This construction is from the positive orthant facet of the runcitruncated 5-orthoplex.

The omnitruncated 5-cell or great prismatodecachoron is composed of 120 vertices, 240 edges, 150 faces (90 squares and 60 hexagons), and 30 cells. The cells are: 10 truncated octahedra, and 20 hexagonal prisms. Each vertex is surrounded by four cells: two truncated octahedra, and two hexagonal prisms, arranged in two phyllic disphenoidal vertex figures.

Coxeter calls this Hinton's polytope after C. H. Hinton, who described it in his book The Fourth Dimension in 1906. It forms a uniform honeycomb which Coxeter calls Hinton's honeycomb.[1]

Just as the truncated octahedron is the permutohedron of order 4, the omnitruncated 5-cell is the permutohedron of order 5.[2] The omnitruncated 5-cell is a zonotope, the Minkowski sum of five line segments parallel to the five lines through the origin and the five vertices of the 5-cell.

The omnitruncated 5-cell honeycomb can tessellate 4-dimensional space by translational copies of this cell, each with 3 hypercells around each face. This honeycomb's Coxeter diagram is CDel branch 11.pngCDel 3ab.pngCDel nodes 11.pngCDel split2.pngCDel node 1.png.[3] Unlike the analogous honeycomb in three dimensions, the bitruncated cubic honeycomb which has three different Coxeter group Wythoff constructions, this honeycomb has only one such construction.[1]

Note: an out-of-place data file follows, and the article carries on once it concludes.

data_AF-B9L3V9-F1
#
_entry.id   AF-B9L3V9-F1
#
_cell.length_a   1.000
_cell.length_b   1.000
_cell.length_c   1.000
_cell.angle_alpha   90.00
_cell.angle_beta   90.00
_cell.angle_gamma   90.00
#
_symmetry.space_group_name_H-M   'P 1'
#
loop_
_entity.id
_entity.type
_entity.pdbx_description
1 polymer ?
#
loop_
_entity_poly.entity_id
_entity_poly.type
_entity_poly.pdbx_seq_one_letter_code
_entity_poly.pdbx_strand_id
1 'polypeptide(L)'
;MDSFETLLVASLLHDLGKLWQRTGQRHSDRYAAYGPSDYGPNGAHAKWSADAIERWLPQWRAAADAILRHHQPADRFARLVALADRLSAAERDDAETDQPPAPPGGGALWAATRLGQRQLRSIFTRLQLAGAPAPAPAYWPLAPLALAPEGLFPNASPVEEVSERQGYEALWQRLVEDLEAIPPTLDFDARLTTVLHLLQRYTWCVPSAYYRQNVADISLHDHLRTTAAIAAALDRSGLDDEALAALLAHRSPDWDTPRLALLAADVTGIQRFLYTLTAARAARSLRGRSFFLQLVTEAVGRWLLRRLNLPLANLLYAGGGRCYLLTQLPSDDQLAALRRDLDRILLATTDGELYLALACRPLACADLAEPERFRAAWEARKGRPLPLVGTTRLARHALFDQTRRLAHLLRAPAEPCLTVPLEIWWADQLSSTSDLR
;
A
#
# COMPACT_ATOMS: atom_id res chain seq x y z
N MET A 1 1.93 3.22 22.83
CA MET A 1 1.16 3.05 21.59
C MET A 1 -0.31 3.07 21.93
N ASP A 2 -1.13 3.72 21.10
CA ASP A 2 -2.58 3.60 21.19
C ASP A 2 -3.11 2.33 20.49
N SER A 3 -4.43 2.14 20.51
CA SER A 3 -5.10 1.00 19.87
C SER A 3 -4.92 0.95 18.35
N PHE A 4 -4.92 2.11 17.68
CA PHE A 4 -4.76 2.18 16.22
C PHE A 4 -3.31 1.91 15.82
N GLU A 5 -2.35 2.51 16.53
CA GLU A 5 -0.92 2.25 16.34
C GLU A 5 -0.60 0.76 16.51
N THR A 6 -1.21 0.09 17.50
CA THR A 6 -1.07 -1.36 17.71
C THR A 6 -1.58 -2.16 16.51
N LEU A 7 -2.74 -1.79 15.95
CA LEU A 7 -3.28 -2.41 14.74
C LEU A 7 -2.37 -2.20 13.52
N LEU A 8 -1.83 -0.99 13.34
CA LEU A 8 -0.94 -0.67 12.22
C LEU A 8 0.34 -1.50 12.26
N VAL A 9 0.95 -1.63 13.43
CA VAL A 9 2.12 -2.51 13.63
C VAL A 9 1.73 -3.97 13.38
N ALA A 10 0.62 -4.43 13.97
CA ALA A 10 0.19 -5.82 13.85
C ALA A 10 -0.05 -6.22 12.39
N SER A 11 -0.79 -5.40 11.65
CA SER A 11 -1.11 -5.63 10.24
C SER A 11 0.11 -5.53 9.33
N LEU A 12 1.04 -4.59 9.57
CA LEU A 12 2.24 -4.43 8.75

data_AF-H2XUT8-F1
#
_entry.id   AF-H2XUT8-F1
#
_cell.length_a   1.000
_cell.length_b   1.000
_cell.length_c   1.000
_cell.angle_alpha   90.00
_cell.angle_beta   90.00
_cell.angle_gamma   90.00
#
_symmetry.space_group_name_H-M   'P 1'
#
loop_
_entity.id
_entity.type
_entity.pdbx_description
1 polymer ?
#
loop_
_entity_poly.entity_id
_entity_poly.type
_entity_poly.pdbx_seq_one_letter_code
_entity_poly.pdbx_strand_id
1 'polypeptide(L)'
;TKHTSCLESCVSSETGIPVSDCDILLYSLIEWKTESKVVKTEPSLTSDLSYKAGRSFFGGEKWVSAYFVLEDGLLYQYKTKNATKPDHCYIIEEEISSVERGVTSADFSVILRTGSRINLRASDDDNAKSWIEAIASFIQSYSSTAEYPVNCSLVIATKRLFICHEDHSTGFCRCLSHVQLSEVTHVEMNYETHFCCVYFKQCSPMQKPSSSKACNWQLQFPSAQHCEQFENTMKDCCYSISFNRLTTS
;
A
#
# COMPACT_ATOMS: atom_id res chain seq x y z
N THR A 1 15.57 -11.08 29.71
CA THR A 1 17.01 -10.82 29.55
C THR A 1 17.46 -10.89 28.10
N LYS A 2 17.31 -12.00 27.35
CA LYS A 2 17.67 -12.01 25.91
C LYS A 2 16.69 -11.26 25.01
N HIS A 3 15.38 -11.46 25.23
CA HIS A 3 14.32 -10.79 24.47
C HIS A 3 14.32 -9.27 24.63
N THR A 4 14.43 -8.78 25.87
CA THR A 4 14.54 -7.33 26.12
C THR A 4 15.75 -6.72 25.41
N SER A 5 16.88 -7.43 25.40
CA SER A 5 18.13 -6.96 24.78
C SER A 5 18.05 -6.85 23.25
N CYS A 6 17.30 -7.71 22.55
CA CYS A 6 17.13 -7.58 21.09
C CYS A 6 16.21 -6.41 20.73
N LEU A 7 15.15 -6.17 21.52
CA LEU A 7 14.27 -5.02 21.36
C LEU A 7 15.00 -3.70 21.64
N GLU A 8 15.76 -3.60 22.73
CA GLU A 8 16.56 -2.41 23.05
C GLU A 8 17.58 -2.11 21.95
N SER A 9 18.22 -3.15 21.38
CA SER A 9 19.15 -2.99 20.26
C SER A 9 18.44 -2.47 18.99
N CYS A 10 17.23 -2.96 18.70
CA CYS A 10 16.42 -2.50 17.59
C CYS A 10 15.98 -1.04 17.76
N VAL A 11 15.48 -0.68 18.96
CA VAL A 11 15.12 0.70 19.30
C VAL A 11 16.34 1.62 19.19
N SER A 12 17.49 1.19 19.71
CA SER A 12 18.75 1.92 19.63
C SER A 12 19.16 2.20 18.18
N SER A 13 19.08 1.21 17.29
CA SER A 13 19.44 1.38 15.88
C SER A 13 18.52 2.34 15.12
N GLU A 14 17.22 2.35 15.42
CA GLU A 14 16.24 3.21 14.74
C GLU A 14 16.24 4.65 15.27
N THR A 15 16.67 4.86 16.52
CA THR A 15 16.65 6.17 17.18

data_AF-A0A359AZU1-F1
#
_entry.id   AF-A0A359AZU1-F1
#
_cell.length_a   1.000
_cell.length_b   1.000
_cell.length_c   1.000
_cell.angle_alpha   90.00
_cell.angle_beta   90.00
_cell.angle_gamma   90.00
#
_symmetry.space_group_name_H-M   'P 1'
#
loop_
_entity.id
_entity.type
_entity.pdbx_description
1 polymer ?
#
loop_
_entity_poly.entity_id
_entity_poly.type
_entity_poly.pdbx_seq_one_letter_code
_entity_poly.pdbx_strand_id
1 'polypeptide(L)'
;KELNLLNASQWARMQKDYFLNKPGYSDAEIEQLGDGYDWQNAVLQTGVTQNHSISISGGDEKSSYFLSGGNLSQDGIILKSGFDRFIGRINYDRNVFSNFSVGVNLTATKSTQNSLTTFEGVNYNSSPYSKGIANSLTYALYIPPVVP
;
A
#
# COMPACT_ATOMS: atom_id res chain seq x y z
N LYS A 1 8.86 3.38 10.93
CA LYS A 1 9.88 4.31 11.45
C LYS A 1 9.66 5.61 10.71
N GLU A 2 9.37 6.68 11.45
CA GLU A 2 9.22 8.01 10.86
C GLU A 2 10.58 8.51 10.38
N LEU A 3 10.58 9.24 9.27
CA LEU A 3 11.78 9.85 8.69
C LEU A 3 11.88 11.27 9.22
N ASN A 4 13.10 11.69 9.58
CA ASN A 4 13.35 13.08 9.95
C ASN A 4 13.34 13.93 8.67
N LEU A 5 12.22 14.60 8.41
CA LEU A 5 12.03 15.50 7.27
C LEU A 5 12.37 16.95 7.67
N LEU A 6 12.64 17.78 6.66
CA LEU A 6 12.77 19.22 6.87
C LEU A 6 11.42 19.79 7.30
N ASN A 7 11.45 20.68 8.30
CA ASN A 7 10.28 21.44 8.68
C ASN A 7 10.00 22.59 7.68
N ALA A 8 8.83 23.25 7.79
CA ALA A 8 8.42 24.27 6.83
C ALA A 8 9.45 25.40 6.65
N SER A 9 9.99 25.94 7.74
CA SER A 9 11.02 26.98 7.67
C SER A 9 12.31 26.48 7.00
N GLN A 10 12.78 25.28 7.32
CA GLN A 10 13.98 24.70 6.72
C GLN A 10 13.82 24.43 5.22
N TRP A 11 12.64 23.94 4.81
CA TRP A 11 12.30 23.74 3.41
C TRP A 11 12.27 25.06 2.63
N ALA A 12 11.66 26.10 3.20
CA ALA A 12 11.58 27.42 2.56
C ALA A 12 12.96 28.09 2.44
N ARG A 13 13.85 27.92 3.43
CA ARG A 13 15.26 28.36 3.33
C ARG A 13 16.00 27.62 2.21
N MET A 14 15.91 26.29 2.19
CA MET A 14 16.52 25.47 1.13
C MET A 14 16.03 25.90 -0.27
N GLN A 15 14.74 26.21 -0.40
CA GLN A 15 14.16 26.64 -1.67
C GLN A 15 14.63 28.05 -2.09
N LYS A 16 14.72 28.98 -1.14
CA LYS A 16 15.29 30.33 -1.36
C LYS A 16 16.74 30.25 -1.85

The omnitruncated 5-cell has extended pentachoric symmetry, [[3,3,3]], order 240. The vertex figure of the omnitruncated 5-cell represents the Goursat tetrahedron of the [3,3,3] Coxeter group. The extended symmetry comes from a 2-fold rotation across the middle order-3 branch, and is represented more explicitly as [2+[3,3,3]].

The Cartesian coordinates of the vertices of an origin-centered omnitruncated 5-cell having edge length 2 are:

Nonuniform variants with [3,3,3] symmetry and two types of truncated octahedra can be doubled by placing the two types of truncated octahedra on each other to produce a nonuniform polychoron with 10 truncated octahedra, two types of 40 hexagonal prisms (20 ditrigonal prisms and 20 ditrigonal trapezoprisms), two kinds of 90 rectangular trapezoprisms (30 with D2d symmetry and 60 with C2v symmetry), and 240 vertices. Its vertex figure is an irregular triangular bipyramid.

This polychoron can then be alternated to produce another nonuniform polychoron with 10 icosahedra, two types of 40 octahedra (20 with S6 symmetry and 20 with D3 symmetry), three kinds of 210 tetrahedra (30 tetragonal disphenoids, 60 phyllic disphenoids, and 120 irregular tetrahedra), and 120 vertices. It has a symmetry of [[3,3,3]+], order 120.

The full snub 5-cell or omnisnub 5-cell, defined as an alternation of the omnitruncated 5-cell, cannot be made uniform, but it can be given Coxeter diagram CDel branch hh.pngCDel 3ab.pngCDel nodes hh.png, and symmetry [[3,3,3]]+, order 120, and constructed from 90 cells: 10 icosahedrons, 20 octahedrons, and 60 tetrahedrons filling the gaps at the deleted vertices. It has 300 faces (triangles), 270 edges, and 60 vertices.

Topologically, under its highest symmetry, [[3,3,3]]+, the 10 icosahedra have T (chiral tetrahedral) symmetry, while the 20 octahedra have D3 symmetry and the 60 tetrahedra have C2 symmetry.[4]

These polytopes are a part of a family of 9 Uniform 4-polytope constructed from the [3,3,3] Coxeter group.